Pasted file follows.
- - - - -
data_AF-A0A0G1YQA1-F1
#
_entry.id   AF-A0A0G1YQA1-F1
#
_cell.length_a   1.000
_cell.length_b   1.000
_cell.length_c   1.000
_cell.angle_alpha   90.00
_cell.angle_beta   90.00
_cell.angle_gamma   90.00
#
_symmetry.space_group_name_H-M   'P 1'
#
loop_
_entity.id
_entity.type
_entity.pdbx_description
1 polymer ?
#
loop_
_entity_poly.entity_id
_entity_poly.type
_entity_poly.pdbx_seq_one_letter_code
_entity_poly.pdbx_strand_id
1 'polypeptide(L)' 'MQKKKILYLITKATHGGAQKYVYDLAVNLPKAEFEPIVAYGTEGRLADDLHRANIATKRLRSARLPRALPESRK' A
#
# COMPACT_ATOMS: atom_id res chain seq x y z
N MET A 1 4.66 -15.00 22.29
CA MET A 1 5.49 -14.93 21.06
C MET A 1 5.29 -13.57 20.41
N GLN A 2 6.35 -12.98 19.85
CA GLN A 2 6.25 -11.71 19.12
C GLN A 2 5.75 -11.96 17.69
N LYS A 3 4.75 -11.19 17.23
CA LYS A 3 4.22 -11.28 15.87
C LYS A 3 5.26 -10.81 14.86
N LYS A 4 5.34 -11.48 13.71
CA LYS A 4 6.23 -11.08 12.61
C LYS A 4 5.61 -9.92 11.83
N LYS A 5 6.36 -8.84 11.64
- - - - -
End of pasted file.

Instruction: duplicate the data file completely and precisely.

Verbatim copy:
data_AF-A0A0G1YQA1-F1
#
_entry.id   AF-A0A0G1YQA1-F1
#
_cell.length_a   1.000
_cell.length_b   1.000
_cell.length_c   1.000
_cell.angle_alpha   90.00
_cell.angle_beta   90.00
_cell.angle_gamma   90.00
#
_symmetry.space_group_name_H-M   'P 1'
#
loop_
_entity.id
_entity.type
_entity.pdbx_description
1 polymer ?
#
loop_
_entity_poly.entity_id
_entity_poly.type
_entity_poly.pdbx_seq_one_letter_code
_entity_poly.pdbx_strand_id
1 'polypeptide(L)' 'MQKKKILYLITKATHGGAQKYVYDLAVNLPKAEFEPIVAYGTEGRLADDLHRANIATKRLRSARLPRALPESRK' A
#
# COMPACT_ATOMS: atom_id res chain seq x y z
N MET A 1 4.66 -15.00 22.29
CA MET A 1 5.49 -14.93 21.06
C MET A 1 5.29 -13.57 20.41
N GLN A 2 6.35 -12.98 19.85
CA GLN A 2 6.25 -11.71 19.12
C GLN A 2 5.75 -11.96 17.69
N LYS A 3 4.75 -11.19 17.23
CA LYS A 3 4.22 -11.28 15.87
C LYS A 3 5.26 -10.81 14.86
N LYS A 4 5.34 -11.48 13.71
CA LYS A 4 6.23 -11.08 12.61
C LYS A 4 5.61 -9.92 11.83
N LYS A 5 6.36 -8.84 11.64